Under the snub little bonnet of the Mirage is a 1.3 litre three-cylinder engine, producing a cool 57kw at 6000rpm and 100Nm at 4000rpm - all with the perky off-beat throb typical of a 'three-pot'.
Changes under the skin mean that refinement has been improved, and while the Mirage isn’t quite class-leading in that respect, compared to the pre-update model, the Mirage feels slightly smoother and quieter than before.
Where the Mirage ES can be equipped with either a five-speed manual or CVT automatic, the LS is auto-only.
The transmission may lack the smarts of CVTs in larger, more expensive cars, but it still does a decent job of shuffling the Mirage around.
With conservative power and torque figures, the Mirage can feel a little timid from behind the wheel, which encourages a heavy right foot to coax the best out of it and keep up with the flow of city traffic.
Over a week of mixed driving, we recorded a decent fuel consumption figure of 5.2 l/100km, but worryingly, before any highway work was factored in, the city consumption figure (according to the trip computer) was reading a startling mid-10 l/100km.
That distinctive three-cylinder engine note is a constant companion as revs rises and fall, though somewhat surprisingly, on the open road the Mirage sets into a low 2000rpm cruise at 100km/h. This makes it one of the more settled and relaxed tourers in its class.
Suspension is soft, making it ideal for clearing rough and tumble urban tarmac and cobblestone laneways. As a side effect though, there’s also plenty of nose-dive under heavy braking and some noticeable body roll through even moderate bends.
ANCAP Rating: 5-Stars - this model scored 34.07 out of 37 possible points When tested in 2014.
Safety Features: Six airbags, ABS brakes with emergency brake assist and electronic brakeforce distribution, electronic stability control, front seatbelt pretensioners, three-point seatbelts in all seating positions, rear ISOFIX child seat mountings.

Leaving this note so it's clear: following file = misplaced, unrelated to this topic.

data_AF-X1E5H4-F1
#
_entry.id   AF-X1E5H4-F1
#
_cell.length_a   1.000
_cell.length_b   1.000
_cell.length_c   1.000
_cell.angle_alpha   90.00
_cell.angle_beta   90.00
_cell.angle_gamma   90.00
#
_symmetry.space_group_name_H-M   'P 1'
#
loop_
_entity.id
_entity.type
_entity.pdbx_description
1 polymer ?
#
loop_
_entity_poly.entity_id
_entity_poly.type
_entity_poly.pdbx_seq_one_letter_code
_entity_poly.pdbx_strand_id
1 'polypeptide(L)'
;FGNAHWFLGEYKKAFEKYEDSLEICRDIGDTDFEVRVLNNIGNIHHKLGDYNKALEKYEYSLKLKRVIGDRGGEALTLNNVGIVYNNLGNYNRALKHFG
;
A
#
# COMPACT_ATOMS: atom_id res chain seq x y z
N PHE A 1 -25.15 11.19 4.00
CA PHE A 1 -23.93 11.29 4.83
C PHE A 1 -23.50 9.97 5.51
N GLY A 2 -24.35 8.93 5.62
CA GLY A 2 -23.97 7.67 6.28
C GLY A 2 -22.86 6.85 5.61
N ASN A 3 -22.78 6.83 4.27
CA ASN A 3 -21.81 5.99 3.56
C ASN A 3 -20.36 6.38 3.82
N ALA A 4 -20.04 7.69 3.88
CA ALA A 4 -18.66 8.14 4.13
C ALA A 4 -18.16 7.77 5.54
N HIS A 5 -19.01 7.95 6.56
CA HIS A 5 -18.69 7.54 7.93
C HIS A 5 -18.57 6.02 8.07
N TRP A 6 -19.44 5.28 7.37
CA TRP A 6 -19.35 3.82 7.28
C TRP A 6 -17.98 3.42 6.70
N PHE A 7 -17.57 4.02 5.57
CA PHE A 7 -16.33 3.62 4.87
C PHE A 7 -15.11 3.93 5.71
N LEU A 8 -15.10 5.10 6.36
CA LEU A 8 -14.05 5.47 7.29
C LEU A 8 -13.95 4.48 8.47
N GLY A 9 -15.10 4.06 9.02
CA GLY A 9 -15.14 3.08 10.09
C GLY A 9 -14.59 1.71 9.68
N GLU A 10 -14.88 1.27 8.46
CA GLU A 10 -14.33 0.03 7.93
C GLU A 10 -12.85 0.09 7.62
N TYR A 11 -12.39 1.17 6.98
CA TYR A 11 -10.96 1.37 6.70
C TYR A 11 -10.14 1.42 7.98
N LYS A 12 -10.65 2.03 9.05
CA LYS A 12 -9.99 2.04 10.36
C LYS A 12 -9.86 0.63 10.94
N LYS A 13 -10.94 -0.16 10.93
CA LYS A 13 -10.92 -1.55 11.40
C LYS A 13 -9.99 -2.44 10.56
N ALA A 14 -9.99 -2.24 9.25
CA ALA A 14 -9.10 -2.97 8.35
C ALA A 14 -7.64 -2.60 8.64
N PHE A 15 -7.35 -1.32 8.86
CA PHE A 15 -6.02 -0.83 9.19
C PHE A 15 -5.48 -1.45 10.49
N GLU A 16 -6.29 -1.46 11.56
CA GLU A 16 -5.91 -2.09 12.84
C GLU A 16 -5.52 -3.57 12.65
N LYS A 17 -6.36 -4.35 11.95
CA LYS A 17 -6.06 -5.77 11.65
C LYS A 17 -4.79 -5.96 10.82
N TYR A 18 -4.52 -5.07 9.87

WARRANTY AND SERVICING
Warranty: Five years/100,000km
Servicing: Service intervals are set at 12 months or 15,000km (whichever occurs first). Mitsubishi’s capped price program is set at $200 for the first service and $230 for the next three up to 60,000km or four years.
RIVALS TO CONSIDER
Fresh metal in micro-market Australia includes the Holden Spark with its locally-tuned suspension and touchscreen infotainment, and the Kia Picanto, which pushes strong value and tries to feel less basic than other micro cars.
Suzuki is also represented with the Celerio, and despite its basic looks there’s a decent vehicle under the skin, at a very competitive $13,990 price for the CVT auto (plus on-roads). On the other hand the Fiat 500 leans heavily on its stylish appeal, and delivers a more upmarket style-led city car solution at a much higher price.
- Holden Spark
- Kia Picanto
- Suzuki Celerio
- Fiat 500
TMR VERDICT | OVERALL
While Mitsubishi has made some worthwhile improvements to its little Mirage hatch, the reality is that there are better micro cars available, and for less money too.
That’s not to say the Mirage isn’t a solid package: it offers good value, is much cheaper than a Holden Spark LT but not too far behind it on equipment. The Mirage also doesn’t feel as complete as a Suzuki Celerio, but that car is very competitively priced and quite refined for its class.
Does that make the Mirage a bad car? No, not bad - just not great. In the context of this market, it loses half -a-star against the 'ten-percent cheaper' Celerio CVT, and the comparably-priced Holden Spark LS CVT.
For you, if you're considering this market (and there are lots of advantages in buying new over second-hand), it’s a case of finding the micro hatch that fits your needs best.
And that may well be the pert little Mirage.
VISIT THE SHOWROOM: Mitsubishi Mirage - Price, Features, and Specifications